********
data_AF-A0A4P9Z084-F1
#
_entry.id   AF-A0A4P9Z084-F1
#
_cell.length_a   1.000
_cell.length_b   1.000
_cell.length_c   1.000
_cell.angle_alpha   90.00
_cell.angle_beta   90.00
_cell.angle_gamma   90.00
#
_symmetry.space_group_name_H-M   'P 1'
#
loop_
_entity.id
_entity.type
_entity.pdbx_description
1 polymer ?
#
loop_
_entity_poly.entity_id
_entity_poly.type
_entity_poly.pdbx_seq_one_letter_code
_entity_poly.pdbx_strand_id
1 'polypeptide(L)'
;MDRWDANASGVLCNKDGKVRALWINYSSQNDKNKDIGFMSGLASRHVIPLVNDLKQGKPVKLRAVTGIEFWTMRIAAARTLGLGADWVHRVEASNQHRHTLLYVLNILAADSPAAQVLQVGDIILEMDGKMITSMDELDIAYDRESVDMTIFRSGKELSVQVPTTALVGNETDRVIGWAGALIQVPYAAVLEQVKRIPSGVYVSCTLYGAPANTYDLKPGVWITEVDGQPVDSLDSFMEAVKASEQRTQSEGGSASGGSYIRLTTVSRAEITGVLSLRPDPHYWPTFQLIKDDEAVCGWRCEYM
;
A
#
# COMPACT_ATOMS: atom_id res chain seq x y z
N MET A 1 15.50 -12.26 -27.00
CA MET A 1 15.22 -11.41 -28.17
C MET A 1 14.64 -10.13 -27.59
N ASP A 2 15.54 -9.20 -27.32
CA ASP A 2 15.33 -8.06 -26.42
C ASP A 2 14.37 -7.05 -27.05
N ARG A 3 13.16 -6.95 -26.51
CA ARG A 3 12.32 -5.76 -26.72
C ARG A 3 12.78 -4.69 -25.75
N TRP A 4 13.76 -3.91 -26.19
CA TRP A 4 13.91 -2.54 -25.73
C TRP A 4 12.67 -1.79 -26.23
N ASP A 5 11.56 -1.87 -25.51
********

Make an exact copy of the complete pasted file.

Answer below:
data_AF-A0A4P9Z084-F1
#
_entry.id   AF-A0A4P9Z084-F1
#
_cell.length_a   1.000
_cell.length_b   1.000
_cell.length_c   1.000
_cell.angle_alpha   90.00
_cell.angle_beta   90.00
_cell.angle_gamma   90.00
#
_symmetry.space_group_name_H-M   'P 1'
#
loop_
_entity.id
_entity.type
_entity.pdbx_description
1 polymer ?
#
loop_
_entity_poly.entity_id
_entity_poly.type
_entity_poly.pdbx_seq_one_letter_code
_entity_poly.pdbx_strand_id
1 'polypeptide(L)'
;MDRWDANASGVLCNKDGKVRALWINYSSQNDKNKDIGFMSGLASRHVIPLVNDLKQGKPVKLRAVTGIEFWTMRIAAARTLGLGADWVHRVEASNQHRHTLLYVLNILAADSPAAQVLQVGDIILEMDGKMITSMDELDIAYDRESVDMTIFRSGKELSVQVPTTALVGNETDRVIGWAGALIQVPYAAVLEQVKRIPSGVYVSCTLYGAPANTYDLKPGVWITEVDGQPVDSLDSFMEAVKASEQRTQSEGGSASGGSYIRLTTVSRAEITGVLSLRPDPHYWPTFQLIKDDEAVCGWRCEYM
;
A
#
# COMPACT_ATOMS: atom_id res chain seq x y z
N MET A 1 15.50 -12.26 -27.00
CA MET A 1 15.22 -11.41 -28.17
C MET A 1 14.64 -10.13 -27.59
N ASP A 2 15.54 -9.20 -27.32
CA ASP A 2 15.33 -8.06 -26.42
C ASP A 2 14.37 -7.05 -27.05
N ARG A 3 13.16 -6.95 -26.51
CA ARG A 3 12.32 -5.76 -26.72
C ARG A 3 12.78 -4.69 -25.75
N TRP A 4 13.76 -3.91 -26.19
CA TRP A 4 13.91 -2.54 -25.73
C TRP A 4 12.67 -1.79 -26.23
N ASP A 5 11.56 -1.87 -25.51